Wearable Device Bracelet Charger

Wearable devices are increasingly seen as tools primarily designed to track your life, but a new entrant into the category has a far more practical mission: charging your devices.

The QBracelet looks like a stylish piece of wrist candy, but is in fact a portable charger capable of delivering juice to your iPhone or Android device.

Part of the genius of the device – which sports a minimalist design suitable for a man or a woman — is that it really does look like a piece of jewelry. But unfold the bracelet and you’ll find a hidden charging connector – a micro USB connector for Android devices and a Lightning connector for the iPhone.

Depending on the device being charged, Q Designs, the company behind the QBracelet, claims that the bracelet’s internal lithium-ion battery will deliver a charge of up to 60%. The bracelet itself takes up to 90 minutes to charge and will last for about 30 days in standby mode.

The battery level and charging state is shown using four LEDS that are hidden above the connector in the bracelet. A user would just pull open the bracelet and the LEDs automatically cycle to show the battery level. While charging, the LEDs blink to show the current charging level.”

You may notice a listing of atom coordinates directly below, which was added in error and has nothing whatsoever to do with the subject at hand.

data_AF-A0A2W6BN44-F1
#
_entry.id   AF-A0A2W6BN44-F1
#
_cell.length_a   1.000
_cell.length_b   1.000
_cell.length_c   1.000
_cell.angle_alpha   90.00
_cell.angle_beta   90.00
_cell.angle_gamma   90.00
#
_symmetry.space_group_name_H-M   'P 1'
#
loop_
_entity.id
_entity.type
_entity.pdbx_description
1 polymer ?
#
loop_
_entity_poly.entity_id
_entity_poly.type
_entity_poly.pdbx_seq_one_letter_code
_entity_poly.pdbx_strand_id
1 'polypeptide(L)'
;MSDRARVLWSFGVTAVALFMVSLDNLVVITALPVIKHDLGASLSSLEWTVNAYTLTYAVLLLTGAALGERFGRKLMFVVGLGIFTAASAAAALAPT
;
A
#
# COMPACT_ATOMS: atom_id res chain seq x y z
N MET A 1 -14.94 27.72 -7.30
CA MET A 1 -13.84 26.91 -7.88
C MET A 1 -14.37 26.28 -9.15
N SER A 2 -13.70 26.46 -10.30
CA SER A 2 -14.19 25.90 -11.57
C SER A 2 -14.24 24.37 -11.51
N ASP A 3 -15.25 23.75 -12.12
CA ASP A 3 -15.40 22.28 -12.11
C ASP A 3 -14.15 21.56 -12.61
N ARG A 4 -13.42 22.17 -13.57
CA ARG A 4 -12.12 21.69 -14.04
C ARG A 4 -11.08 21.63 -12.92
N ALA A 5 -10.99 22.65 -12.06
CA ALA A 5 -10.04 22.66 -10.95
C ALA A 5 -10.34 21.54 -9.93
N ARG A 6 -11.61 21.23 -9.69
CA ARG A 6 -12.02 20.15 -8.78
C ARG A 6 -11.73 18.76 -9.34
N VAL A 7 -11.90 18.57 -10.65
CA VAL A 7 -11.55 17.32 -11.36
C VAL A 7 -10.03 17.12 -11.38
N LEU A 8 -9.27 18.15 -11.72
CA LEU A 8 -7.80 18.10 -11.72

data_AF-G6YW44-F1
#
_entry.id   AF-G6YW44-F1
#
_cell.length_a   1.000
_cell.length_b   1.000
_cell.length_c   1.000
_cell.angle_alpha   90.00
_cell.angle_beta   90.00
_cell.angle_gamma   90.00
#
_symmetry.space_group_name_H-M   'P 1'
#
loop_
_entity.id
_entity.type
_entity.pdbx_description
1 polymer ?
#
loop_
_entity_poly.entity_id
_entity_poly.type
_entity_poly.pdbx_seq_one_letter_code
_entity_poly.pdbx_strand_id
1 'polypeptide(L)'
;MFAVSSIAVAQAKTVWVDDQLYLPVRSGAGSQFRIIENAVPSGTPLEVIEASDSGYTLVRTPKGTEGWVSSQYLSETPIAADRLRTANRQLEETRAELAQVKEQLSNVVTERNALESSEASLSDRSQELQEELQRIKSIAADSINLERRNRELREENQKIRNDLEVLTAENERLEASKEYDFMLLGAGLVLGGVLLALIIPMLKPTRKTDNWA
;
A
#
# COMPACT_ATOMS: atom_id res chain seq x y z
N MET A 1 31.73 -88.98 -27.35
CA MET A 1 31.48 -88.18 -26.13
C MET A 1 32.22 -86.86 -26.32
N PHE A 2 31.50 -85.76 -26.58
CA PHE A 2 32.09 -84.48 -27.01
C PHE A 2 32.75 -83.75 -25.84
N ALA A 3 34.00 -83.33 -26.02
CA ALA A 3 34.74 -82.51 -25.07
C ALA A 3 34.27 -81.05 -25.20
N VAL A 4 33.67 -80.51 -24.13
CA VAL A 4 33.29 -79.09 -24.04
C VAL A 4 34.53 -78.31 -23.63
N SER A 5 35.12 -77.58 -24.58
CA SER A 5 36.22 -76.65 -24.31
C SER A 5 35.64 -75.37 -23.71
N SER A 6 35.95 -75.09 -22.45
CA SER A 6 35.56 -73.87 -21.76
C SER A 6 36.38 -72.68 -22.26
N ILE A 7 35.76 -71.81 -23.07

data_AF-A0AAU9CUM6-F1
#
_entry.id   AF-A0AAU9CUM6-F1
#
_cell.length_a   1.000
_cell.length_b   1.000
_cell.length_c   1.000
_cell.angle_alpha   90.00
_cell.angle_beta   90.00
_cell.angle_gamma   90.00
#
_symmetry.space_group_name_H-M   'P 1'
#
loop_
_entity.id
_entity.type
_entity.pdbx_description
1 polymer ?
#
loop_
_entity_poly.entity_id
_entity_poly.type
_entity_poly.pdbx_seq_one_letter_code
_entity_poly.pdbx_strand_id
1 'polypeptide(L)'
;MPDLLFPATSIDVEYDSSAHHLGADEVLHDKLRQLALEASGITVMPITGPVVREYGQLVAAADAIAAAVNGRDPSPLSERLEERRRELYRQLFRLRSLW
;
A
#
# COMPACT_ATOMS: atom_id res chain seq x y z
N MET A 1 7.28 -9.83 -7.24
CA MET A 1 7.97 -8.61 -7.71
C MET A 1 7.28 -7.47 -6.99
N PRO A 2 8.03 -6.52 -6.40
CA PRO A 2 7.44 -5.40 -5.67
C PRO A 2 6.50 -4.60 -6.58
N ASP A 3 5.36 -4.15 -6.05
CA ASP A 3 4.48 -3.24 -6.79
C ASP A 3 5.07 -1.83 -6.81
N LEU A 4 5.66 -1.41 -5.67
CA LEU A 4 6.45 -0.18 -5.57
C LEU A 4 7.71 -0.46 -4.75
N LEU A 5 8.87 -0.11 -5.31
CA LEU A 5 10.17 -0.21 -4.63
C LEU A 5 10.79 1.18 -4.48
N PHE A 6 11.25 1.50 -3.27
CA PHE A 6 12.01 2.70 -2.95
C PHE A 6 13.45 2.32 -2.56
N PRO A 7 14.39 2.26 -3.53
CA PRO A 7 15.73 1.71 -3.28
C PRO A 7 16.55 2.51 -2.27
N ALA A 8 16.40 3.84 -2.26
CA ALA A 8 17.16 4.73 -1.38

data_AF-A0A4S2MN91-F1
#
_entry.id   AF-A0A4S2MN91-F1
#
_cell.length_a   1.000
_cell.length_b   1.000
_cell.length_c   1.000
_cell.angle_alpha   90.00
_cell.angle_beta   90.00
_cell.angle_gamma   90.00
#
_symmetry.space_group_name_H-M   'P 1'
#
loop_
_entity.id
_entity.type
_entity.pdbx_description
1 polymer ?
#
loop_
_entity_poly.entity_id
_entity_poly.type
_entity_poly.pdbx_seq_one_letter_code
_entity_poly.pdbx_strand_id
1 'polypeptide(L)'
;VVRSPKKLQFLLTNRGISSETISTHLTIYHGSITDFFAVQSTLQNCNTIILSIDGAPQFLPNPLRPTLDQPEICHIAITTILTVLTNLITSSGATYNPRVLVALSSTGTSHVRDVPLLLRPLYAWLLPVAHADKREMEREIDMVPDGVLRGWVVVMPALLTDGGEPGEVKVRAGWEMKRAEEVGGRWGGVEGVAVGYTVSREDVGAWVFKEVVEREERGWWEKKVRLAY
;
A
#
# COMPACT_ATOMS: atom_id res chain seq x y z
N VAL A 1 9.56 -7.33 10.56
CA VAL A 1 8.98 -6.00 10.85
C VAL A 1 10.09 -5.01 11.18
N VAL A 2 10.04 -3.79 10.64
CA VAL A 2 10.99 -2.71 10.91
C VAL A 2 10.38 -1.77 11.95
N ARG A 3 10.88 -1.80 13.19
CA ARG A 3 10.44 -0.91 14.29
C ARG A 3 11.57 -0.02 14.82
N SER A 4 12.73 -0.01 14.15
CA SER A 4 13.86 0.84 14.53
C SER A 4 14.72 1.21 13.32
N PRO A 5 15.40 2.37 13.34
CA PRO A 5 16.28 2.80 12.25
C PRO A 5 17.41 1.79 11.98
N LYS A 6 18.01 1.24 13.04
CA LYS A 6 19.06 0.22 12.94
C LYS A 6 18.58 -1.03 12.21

However, some might be a little concerned about slapping such a powerful battery charger on their wrist. For instance, will the battery get too hot?
“We specifically put safety measures in place to prevent the bracelet from getting too hot,” says Libani, “but yes after charging your smartphone with the QBracelet it can be a tad warm. Nothing uncomfortable, but if you pay attention you can notice the temperature change.”

Offered in black, silver and gold, the water-resistant device comes in three sizes: small (1.23 ounces), medium (1.41 ounces) and large (1.59 ounces). If you grab the QBracelet during the early pre-order phase, starting today, the price is $79, and when it gets to retail it will sell for $99.

The team expects to start shipping the device to consumers in December.

Author: Adario Strange

Source: Mashable